JoAnn ( Scene Through My Eyes) said...

In NW Washington we have sun breaks - little times when the sun comes out on a very cloudy day. The weather forecasters even use the phrase, saying we can expect sun breaks this afternoon - and we do look forward to them. There are also very tall mountains - 14,000 feet and 10,000 feet that are often covered in clouds. And we announce whether we can see the nountains by saying - the mountain isn't out today - and everyone understands that. I love the days when the mountain is out though.

Granny Sue said...

What fun comments! JoAnn, I heard someone say that about the mountains when I was in Seattle and Bellingham about 10 years ago. Beautiful, beautiful country around Bellingham.

Rob, I hope you're taking lots of photos; I'd love to see them. I have never been anywhere close to that far north and find it fascinating--from a distance :)

Granny Sue said...

Nance, I didn't know you had a cabin in Missouri, but I can imagine the climate there is a bit different from Iowa :) Love that weather rope. I might have to get one to confirm what my weather dogs tell me.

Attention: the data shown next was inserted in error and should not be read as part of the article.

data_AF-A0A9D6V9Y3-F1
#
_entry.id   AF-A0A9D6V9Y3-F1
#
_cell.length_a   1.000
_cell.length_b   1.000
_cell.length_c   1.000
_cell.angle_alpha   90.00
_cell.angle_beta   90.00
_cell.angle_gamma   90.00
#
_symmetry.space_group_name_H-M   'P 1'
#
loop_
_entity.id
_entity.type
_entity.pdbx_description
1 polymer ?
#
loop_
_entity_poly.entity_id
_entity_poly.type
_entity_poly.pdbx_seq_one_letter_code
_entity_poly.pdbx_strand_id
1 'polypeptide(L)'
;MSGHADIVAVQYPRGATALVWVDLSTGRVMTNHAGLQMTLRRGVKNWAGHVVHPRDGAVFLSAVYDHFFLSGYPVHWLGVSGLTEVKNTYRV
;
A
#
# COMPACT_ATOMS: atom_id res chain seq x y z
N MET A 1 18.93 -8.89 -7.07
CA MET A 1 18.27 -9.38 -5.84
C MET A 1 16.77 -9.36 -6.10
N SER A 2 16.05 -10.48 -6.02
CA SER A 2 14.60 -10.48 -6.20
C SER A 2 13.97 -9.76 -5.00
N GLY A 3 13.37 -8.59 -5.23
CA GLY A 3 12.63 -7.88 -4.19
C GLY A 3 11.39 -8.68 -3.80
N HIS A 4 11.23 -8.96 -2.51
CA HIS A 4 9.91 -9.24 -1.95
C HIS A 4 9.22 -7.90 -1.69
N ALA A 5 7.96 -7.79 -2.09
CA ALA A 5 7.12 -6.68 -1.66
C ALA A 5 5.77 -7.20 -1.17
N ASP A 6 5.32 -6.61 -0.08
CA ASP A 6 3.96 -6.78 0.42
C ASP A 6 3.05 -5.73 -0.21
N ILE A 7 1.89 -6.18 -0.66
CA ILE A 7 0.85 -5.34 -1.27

It does sound like you get some benefits from your lake, Jenny. I know the climate right along the Ohio River is different than what it is just a quarter mile away. The farmers over there can plant earlier and harvest later, and usually have a lot more fog. I don't think I've ever seen a frost like you describe but it sounds breathtaking.

JJM said...

"Sun dogs are caused by light reflecting off ice crystals, but I have seen them in summer too so that seems odd to me." Yes, but the ice crystals are very high up, where it's plenty cold enough. Moon dogs are rarely seen because the moon's light is so much dimmer. (And it's not the moon's light, strictly speaking, but of course we all know that.)

Love this post, especially the part about the weather dog (I've seen weather towels ... ) and the pogonip, of which I'd never heard. I learn *so* much from you!--Mario R.

Wayfarin' Stranger said...

Never heard of pogonips and immediately thought hoarfrost, but followed your links and decided, guided by Mr. Google, that they are not the same. As for sub dogs, I posted photos in 2011: